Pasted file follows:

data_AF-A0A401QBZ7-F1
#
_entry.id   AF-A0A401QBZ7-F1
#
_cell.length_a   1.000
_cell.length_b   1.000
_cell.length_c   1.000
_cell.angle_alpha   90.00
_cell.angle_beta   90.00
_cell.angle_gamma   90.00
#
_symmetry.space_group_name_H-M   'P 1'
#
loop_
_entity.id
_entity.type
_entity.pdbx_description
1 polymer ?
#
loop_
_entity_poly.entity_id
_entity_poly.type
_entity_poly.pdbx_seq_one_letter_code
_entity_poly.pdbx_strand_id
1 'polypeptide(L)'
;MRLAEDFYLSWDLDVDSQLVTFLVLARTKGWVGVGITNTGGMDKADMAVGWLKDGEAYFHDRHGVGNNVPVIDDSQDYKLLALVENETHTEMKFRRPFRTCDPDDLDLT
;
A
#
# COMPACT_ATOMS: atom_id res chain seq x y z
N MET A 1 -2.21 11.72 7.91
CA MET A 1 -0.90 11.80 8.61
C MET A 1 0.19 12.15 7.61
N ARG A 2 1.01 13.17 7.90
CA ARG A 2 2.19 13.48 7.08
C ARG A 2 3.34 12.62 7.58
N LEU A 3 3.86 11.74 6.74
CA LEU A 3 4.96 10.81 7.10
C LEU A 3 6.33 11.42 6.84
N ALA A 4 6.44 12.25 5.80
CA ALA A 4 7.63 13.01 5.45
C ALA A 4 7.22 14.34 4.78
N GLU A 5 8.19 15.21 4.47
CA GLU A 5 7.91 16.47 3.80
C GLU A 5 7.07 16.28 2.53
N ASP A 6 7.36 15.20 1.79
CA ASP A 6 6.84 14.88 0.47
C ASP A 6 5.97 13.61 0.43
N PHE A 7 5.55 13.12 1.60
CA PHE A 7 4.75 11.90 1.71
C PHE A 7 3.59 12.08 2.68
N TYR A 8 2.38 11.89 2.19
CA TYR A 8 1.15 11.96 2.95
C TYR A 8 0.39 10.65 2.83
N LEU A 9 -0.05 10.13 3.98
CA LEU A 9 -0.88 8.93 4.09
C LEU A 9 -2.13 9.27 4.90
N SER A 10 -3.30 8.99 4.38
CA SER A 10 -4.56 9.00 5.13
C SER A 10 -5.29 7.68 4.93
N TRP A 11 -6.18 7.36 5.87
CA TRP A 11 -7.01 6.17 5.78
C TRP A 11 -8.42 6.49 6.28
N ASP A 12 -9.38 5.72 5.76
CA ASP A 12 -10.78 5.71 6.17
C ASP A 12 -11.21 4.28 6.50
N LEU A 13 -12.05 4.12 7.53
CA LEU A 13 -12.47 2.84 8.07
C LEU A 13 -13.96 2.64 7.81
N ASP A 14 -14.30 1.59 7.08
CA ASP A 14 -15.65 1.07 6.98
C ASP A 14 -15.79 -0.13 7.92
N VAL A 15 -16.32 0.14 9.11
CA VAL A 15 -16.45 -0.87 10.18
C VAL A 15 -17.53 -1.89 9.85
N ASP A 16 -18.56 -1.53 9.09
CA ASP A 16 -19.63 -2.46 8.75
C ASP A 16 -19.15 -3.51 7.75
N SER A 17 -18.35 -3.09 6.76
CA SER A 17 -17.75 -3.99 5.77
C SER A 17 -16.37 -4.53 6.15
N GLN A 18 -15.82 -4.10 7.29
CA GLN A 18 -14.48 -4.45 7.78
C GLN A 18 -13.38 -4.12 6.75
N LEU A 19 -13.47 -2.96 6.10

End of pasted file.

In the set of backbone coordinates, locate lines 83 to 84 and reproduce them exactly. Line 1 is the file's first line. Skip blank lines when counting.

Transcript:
CA GLN A 18 -14.48 -4.45 7.78
C GLN A 18 -13.38 -4.12 6.75